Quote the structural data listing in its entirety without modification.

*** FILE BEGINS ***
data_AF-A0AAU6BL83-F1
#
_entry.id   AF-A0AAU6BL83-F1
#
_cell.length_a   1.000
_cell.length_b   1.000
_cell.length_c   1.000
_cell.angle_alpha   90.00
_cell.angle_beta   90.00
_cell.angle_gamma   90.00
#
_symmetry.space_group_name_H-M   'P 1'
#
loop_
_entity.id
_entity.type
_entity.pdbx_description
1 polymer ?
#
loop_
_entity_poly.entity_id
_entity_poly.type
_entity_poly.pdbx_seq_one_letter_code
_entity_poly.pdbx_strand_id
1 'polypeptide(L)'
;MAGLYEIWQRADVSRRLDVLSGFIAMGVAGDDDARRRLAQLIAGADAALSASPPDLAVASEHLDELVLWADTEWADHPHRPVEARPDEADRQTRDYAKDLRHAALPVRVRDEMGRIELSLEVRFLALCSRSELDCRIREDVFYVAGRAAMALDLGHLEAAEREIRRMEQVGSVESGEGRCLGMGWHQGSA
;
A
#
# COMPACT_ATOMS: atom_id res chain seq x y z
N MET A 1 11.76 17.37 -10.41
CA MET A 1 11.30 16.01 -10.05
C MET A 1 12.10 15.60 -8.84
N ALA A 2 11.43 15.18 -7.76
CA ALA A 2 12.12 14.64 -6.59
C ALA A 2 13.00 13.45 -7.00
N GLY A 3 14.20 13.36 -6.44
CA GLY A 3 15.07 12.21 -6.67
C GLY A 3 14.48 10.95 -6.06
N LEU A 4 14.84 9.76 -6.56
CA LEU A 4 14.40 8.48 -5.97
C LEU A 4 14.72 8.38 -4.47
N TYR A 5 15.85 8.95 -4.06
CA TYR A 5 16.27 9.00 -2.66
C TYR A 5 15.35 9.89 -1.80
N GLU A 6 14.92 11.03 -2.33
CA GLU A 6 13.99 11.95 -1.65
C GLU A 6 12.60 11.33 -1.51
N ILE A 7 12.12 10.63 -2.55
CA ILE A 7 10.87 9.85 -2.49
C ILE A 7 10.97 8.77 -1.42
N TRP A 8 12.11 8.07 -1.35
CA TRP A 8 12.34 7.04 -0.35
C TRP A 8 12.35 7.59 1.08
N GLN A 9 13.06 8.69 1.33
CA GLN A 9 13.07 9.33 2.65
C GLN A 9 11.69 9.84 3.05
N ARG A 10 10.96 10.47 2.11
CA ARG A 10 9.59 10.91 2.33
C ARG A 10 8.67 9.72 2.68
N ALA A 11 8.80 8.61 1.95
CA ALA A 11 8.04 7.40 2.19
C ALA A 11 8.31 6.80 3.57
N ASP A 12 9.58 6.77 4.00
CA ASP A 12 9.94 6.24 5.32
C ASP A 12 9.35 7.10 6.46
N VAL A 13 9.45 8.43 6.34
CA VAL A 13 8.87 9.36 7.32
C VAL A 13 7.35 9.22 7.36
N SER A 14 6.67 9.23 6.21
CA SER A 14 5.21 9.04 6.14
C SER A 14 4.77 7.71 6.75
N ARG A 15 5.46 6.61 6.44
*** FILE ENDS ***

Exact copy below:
data_AF-A0AAU6BL83-F1
#
_entry.id   AF-A0AAU6BL83-F1
#
_cell.length_a   1.000
_cell.length_b   1.000
_cell.length_c   1.000
_cell.angle_alpha   90.00
_cell.angle_beta   90.00
_cell.angle_gamma   90.00
#
_symmetry.space_group_name_H-M   'P 1'
#
loop_
_entity.id
_entity.type
_entity.pdbx_description
1 polymer ?
#
loop_
_entity_poly.entity_id
_entity_poly.type
_entity_poly.pdbx_seq_one_letter_code
_entity_poly.pdbx_strand_id
1 'polypeptide(L)'
;MAGLYEIWQRADVSRRLDVLSGFIAMGVAGDDDARRRLAQLIAGADAALSASPPDLAVASEHLDELVLWADTEWADHPHRPVEARPDEADRQTRDYAKDLRHAALPVRVRDEMGRIELSLEVRFLALCSRSELDCRIREDVFYVAGRAAMALDLGHLEAAEREIRRMEQVGSVESGEGRCLGMGWHQGSA
;
A
#
# COMPACT_ATOMS: atom_id res chain seq x y z
N MET A 1 11.76 17.37 -10.41
CA MET A 1 11.30 16.01 -10.05
C MET A 1 12.10 15.60 -8.84
N ALA A 2 11.43 15.18 -7.76
CA ALA A 2 12.12 14.64 -6.59
C ALA A 2 13.00 13.45 -7.00
N GLY A 3 14.20 13.36 -6.44
CA GLY A 3 15.07 12.21 -6.67
C GLY A 3 14.48 10.95 -6.06
N LEU A 4 14.84 9.76 -6.56
CA LEU A 4 14.40 8.48 -5.97
C LEU A 4 14.72 8.38 -4.47
N TYR A 5 15.85 8.95 -4.06
CA TYR A 5 16.27 9.00 -2.66
C TYR A 5 15.35 9.89 -1.80
N GLU A 6 14.92 11.03 -2.33
CA GLU A 6 13.99 11.95 -1.65
C GLU A 6 12.60 11.33 -1.51
N ILE A 7 12.12 10.63 -2.55
CA ILE A 7 10.87 9.85 -2.49
C ILE A 7 10.97 8.77 -1.42
N TRP A 8 12.11 8.07 -1.35
CA TRP A 8 12.34 7.04 -0.35
C TRP A 8 12.35 7.59 1.08
N GLN A 9 13.06 8.69 1.33
CA GLN A 9 13.07 9.33 2.65
C GLN A 9 11.69 9.84 3.05
N ARG A 10 10.96 10.47 2.11
CA ARG A 10 9.59 10.91 2.33
C ARG A 10 8.67 9.72 2.68
N ALA A 11 8.80 8.61 1.95
CA ALA A 11 8.04 7.40 2.19
C ALA A 11 8.31 6.80 3.57
N ASP A 12 9.58 6.77 4.00
CA ASP A 12 9.94 6.24 5.32
C ASP A 12 9.35 7.10 6.46
N VAL A 13 9.45 8.43 6.34
CA VAL A 13 8.87 9.36 7.32
C VAL A 13 7.35 9.22 7.36
N SER A 14 6.67 9.23 6.21
CA SER A 14 5.21 9.04 6.14
C SER A 14 4.77 7.71 6.75
N ARG A 15 5.46 6.61 6.44